Advice: How to work out songs by yourself

I've come across a lot of people who play Banjo really well but can't transcribe songs for them selves. Many have tried and failed, usually when they started playing, and since then have been convinced they don't have "the ear" for it. Thing is that 99% of them are wrong! If you can play a song from start to finish and know you haven't played a wrong note, or can tell if your Banjo is out of tune, then you have a good enough ear to work out simple to intermediate songs and beyond.

However I will agree that it doesn't come naturally to us all, and like our playing, it can take time to develop. It certainly took me several years of occasionally trying and to varying degrees failing before I was able to transcribe songs myself, and to help you speed up this process I am going to share some advice.

Only use your tuner once a week

No really. The first thing you need to develop is your hearing, the more you learn to focus on the sound of the strings of your Banjo the better your ear will get at hearing them, not to mention how much you'll impress your mates when you tune your Banjo by ear - that's how you spot a proper musician!

Learn the chords first

Never learn a song 1 bar at a time. Start off without the tab, get the songs chords from the internet and then simply strum along to the song working out where the chords change yourself getting a feel for the song as a whole. Learning to sing it will also when you come to play the songs melody. This will also make working out the notes much easier when you come to it.

Eventually try working out the chords for yourself. You may have already picked up on the fact that many songs, especially old Banjo tunes have very similar chords, for example G,C & D.

One issue with learning complicated songs is they often happen so fast, and this is where I'm gonna get all 21st century on you...

One thing that might stump you is key, ofter the first chord. Banjo players can use capos to adjust the pitch or movable chords. So if my first chord isn't G, I would move the chord up or down the fret board until I find the pitch. Once you have found that start chord you have a reference point and can use capo or play up the neck using F and D shaped chords. Remember at this point all we care about is learning the sequence.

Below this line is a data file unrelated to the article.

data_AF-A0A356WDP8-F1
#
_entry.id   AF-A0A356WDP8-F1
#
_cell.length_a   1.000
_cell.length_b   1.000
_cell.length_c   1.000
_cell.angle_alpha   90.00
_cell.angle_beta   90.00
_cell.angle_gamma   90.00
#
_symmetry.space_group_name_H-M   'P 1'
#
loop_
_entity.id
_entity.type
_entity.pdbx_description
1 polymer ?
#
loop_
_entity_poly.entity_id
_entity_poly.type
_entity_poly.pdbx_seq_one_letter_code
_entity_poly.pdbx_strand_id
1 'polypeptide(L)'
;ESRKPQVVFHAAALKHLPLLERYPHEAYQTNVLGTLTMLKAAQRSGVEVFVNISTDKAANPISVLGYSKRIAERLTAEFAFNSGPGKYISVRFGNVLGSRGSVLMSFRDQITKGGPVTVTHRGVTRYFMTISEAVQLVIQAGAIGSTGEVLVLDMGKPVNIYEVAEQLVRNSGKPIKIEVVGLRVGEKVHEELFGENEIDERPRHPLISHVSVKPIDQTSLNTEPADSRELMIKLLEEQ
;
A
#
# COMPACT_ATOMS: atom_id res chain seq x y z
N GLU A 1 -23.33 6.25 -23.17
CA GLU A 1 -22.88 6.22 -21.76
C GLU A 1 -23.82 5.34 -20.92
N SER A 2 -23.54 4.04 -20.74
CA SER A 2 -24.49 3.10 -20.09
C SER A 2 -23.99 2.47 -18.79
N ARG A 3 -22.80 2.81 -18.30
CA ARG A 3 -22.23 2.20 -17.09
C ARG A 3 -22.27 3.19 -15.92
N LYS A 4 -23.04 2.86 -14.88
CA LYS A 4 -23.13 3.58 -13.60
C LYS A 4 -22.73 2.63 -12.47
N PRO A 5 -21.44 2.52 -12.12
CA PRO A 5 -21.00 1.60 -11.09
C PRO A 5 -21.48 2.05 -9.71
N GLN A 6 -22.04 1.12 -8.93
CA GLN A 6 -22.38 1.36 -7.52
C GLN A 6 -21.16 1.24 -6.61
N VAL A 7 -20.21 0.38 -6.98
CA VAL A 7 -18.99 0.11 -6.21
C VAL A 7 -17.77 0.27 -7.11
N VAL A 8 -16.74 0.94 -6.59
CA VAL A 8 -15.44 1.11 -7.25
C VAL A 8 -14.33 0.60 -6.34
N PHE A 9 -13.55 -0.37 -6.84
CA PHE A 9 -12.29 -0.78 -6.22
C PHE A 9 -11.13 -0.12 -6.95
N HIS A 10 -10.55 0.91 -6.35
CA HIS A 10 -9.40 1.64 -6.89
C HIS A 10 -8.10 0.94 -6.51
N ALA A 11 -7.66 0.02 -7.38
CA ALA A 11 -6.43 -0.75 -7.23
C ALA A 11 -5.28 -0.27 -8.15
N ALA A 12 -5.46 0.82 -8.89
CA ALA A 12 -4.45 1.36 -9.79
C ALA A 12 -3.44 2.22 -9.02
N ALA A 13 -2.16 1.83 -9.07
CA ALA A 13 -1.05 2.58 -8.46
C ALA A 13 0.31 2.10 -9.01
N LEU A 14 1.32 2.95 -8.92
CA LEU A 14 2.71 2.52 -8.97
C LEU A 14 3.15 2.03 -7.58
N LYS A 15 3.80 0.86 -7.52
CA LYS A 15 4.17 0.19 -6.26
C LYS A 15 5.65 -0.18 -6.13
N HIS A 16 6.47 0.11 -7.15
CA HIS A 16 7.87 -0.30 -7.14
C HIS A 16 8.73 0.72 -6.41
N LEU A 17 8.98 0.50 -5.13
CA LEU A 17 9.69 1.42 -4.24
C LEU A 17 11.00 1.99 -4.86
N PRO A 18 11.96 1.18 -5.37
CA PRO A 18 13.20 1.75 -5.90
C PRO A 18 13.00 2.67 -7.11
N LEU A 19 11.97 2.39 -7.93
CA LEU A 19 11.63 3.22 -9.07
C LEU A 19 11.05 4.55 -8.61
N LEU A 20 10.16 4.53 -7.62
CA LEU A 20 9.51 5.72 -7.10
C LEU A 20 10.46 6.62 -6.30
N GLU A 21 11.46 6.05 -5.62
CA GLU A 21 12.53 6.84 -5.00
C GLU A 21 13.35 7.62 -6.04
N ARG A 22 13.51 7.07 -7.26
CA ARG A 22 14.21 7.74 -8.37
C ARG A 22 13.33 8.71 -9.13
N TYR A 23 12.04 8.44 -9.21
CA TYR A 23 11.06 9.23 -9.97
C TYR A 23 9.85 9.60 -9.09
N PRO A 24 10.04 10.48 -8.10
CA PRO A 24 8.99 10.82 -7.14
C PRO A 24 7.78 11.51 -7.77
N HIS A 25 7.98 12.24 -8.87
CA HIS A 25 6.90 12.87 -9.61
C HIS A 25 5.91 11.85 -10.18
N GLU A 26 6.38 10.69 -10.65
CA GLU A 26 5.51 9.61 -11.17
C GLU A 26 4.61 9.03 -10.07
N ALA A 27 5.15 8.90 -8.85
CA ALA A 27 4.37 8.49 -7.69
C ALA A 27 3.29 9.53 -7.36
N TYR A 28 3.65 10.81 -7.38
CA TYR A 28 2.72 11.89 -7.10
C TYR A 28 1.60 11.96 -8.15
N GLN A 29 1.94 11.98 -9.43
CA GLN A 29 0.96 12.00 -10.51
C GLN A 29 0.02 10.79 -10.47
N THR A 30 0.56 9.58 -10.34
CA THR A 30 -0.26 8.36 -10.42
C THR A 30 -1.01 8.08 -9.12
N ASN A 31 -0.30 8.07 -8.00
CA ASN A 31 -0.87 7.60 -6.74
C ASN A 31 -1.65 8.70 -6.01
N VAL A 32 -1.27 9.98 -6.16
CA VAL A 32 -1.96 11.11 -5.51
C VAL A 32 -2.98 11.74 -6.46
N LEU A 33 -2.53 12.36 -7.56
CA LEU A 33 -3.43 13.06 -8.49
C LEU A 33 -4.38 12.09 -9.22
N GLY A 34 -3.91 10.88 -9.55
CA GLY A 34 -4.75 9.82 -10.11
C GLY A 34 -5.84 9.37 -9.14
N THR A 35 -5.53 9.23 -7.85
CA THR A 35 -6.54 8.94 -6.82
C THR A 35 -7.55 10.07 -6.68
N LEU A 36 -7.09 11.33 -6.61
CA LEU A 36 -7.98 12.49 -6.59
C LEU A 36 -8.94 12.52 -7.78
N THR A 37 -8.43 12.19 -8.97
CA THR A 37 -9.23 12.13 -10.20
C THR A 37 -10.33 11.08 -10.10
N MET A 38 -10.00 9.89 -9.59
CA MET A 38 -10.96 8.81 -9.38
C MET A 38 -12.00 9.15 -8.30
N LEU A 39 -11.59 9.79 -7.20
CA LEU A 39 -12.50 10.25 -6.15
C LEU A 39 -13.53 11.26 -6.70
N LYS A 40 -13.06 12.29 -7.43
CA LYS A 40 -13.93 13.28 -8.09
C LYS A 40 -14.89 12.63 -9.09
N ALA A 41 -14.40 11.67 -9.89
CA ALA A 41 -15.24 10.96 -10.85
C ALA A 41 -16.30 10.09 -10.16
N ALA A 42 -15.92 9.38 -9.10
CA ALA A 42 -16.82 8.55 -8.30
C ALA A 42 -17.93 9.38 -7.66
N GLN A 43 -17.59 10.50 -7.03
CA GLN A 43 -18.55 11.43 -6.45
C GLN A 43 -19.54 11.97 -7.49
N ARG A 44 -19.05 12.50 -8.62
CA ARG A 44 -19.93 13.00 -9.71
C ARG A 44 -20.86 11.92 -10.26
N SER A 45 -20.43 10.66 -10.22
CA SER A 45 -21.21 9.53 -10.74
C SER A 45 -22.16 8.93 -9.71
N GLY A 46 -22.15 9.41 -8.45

Once you have the chord sequence down, try to hear if you are playing the correct shaped chords in the right position. This might not be apparent until you start to play rolls etc, and relies as much on your experience as a player then anything else, for example - If you have already learn't to play movable chords, you will be more likely to hear them in other peoples songs... Also look out for minor and 7th chords.

There are another couple of issues that might stump you. Firstly, the Banjo is not always tuned to G. With Bluegrass G is a pretty safe bet, but old mountain tunes often use modal tunings, C comes up a lot as does D, so I advise you to experiment with alternate tunings from time to time to give your ear some valuable reference points.

Secondly, and most annoyingly the recording might not be in tune. I had some trouble when I first started working out Obray Ramsey songs. He tunes his Banjo about a semi tone lower than open G, and I realized this because all the chord shapes I tried sounded too high.

Know your rolls and techniques

One thing that has helped me work out songs is knowing and practising my rolls, technique and scales. It's a fact that the more you familiar yourself with these fundamentals them the more you will hear them in the music you imitate. For example, as soon as I had worked out the chords for Down Beside The Ohio I quickly noticed he was playing a forward reverse Banjo roll for most of the song.

Using "Looping" and "Time stretch"

One issue with learning complicated songs is they often happen so fast, and this is where I'm gonna get all 21st century on you. There are several computer programs out there that can really help you. I use program called Sound Forge, which allows me to view a song as a pattern or sound wave. I can select chunks of the wave and loop it with ease, allowing we to hear the section again and again until I figure it out. I can choose which side of the stereo to listen to, which helps in situations where the banjo might be really clear on one of the two sides. Finally if I'm still struggling I can use something called time stretch, where I can reduce the speed of a song without adjusting the pitch, very handy for working out complicated or varying Banjo rolls or frails.

Sound Forge is quite expense, but there is a free version call Audacity, which has all the features I have mentioned.

Don't give up

Don't be disheartened if you can't work out a song, go try and find it on the internet and learn it, and play along with the recording, and continue to practice new and varied techniques, but most importantly try again and again because sooner or later penny's will start to drop :)

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I have been playing guitar for over 20 years, at first playing in indie bands, followed by a long stint playing rockabilly on the streets of Oxford, a short excursion into dance music, followed by looking at early blues styles. Now after a few years of listening to Dylan, Guthrie, and early Americana I find myself in possession of a banjo, and I'm addicted! Currently I play Banjo and Guitar in an Oxford based group called Swindlestock, you can hear our music our myspace page.

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